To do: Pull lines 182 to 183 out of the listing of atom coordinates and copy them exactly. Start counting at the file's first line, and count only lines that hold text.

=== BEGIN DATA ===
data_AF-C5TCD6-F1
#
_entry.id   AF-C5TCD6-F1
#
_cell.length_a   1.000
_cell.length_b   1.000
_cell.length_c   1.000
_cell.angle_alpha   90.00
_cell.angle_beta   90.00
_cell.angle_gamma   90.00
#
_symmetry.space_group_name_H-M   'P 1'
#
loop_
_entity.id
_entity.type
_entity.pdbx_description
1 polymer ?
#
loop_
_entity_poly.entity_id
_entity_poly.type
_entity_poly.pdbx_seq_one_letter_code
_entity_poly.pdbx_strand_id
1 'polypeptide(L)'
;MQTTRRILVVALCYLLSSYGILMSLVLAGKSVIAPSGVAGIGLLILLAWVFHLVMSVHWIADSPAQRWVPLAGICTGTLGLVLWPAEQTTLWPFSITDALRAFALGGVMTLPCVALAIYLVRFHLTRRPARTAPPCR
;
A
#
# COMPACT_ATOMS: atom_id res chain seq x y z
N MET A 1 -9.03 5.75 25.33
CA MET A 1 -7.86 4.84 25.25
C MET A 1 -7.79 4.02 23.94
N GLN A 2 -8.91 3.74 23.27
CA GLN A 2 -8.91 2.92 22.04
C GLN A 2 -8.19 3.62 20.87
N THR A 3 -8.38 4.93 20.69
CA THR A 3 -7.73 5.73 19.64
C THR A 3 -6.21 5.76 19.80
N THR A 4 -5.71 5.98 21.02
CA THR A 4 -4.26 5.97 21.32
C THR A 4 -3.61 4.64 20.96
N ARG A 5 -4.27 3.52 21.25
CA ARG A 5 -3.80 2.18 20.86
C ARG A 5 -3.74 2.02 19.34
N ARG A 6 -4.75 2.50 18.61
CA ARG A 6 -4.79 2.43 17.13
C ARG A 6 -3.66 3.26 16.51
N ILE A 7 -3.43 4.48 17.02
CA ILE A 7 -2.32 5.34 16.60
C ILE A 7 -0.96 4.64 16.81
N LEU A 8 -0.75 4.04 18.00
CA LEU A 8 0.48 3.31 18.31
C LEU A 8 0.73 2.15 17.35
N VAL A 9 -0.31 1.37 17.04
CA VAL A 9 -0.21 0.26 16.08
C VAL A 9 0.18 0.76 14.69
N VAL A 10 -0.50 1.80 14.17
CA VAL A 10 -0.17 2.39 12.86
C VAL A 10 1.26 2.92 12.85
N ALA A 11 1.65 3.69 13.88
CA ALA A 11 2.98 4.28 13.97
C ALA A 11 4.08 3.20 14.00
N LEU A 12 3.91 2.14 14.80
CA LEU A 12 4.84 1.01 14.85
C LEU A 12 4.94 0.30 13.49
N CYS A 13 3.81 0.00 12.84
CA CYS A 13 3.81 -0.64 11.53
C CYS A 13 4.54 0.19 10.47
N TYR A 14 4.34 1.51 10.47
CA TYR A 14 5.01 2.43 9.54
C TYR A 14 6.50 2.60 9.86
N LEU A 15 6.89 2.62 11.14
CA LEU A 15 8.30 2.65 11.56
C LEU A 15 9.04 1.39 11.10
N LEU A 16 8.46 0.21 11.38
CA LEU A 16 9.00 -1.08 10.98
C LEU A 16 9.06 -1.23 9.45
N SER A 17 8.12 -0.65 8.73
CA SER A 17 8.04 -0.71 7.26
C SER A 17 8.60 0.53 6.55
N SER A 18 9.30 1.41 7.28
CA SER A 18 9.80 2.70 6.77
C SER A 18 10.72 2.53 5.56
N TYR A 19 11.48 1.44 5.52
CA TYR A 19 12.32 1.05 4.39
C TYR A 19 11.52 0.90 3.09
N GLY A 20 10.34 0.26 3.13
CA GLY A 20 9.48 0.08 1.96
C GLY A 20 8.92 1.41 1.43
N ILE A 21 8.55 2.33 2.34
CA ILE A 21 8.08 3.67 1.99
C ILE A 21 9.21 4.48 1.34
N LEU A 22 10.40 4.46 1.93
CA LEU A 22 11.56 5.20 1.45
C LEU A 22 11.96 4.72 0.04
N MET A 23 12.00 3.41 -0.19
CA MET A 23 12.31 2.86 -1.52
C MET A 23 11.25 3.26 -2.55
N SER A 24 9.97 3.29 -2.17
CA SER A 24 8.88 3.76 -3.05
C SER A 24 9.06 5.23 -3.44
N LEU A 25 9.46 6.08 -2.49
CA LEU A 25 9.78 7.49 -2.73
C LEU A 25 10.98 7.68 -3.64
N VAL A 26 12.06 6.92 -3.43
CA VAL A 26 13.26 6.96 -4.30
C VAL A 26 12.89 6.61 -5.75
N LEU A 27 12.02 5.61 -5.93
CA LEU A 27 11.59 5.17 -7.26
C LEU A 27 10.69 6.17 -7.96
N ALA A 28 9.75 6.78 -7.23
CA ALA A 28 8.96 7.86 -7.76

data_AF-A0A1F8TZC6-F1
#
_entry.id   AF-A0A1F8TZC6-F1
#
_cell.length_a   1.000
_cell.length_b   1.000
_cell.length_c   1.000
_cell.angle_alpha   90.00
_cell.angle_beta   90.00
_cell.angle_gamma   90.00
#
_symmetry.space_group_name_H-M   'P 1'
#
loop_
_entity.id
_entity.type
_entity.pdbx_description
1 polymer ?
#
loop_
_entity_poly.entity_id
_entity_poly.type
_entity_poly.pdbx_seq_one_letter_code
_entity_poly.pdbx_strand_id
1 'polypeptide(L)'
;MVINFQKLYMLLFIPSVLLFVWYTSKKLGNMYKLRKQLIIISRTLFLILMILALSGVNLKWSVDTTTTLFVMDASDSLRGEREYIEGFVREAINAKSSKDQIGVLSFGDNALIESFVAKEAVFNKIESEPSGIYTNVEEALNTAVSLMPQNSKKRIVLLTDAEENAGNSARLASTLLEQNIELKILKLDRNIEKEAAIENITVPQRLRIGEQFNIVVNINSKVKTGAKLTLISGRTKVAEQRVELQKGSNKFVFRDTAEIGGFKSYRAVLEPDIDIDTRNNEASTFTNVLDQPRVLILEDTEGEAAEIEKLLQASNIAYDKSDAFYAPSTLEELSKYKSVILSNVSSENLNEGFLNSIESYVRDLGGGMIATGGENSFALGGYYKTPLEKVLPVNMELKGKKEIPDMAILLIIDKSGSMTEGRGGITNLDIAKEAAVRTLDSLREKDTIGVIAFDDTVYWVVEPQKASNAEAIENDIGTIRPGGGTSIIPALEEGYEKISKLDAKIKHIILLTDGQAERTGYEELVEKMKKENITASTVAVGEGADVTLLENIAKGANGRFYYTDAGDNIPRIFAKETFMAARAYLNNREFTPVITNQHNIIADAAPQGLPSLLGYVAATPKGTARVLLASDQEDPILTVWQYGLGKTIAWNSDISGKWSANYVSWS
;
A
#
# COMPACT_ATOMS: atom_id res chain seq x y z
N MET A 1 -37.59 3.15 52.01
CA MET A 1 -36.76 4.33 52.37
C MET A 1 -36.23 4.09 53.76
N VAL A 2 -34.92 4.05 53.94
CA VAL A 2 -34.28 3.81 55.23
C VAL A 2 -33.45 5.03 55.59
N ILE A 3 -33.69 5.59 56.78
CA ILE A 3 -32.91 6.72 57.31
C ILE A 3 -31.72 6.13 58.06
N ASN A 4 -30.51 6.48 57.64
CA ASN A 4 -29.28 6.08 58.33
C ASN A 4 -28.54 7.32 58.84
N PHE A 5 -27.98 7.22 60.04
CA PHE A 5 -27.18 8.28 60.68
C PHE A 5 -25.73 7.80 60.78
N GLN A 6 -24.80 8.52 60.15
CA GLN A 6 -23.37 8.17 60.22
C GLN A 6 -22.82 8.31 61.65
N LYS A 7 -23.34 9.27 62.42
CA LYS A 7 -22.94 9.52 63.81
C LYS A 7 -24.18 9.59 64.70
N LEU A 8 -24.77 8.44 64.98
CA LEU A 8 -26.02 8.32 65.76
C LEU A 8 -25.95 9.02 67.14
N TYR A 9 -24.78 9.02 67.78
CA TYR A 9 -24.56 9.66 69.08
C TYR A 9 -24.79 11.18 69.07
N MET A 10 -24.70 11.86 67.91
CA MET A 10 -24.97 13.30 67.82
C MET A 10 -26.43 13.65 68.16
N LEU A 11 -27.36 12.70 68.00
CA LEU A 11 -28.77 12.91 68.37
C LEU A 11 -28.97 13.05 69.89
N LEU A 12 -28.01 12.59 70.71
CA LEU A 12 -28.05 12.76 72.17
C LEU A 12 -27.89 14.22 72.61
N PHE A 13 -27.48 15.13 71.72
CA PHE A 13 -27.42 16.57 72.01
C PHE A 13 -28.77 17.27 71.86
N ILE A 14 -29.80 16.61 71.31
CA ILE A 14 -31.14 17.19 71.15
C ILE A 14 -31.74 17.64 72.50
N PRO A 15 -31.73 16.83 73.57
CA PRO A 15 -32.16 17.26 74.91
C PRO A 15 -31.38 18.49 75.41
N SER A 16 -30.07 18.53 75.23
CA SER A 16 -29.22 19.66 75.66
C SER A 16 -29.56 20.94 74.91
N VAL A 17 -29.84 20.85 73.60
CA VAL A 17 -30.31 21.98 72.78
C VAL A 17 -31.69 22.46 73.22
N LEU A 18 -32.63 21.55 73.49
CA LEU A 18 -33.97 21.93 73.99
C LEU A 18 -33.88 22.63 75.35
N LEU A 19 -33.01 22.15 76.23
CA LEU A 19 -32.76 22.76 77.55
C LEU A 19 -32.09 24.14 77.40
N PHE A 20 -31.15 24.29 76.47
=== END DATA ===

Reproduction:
C PHE A 13 -28.77 17.27 71.86
N ILE A 14 -29.80 16.61 71.31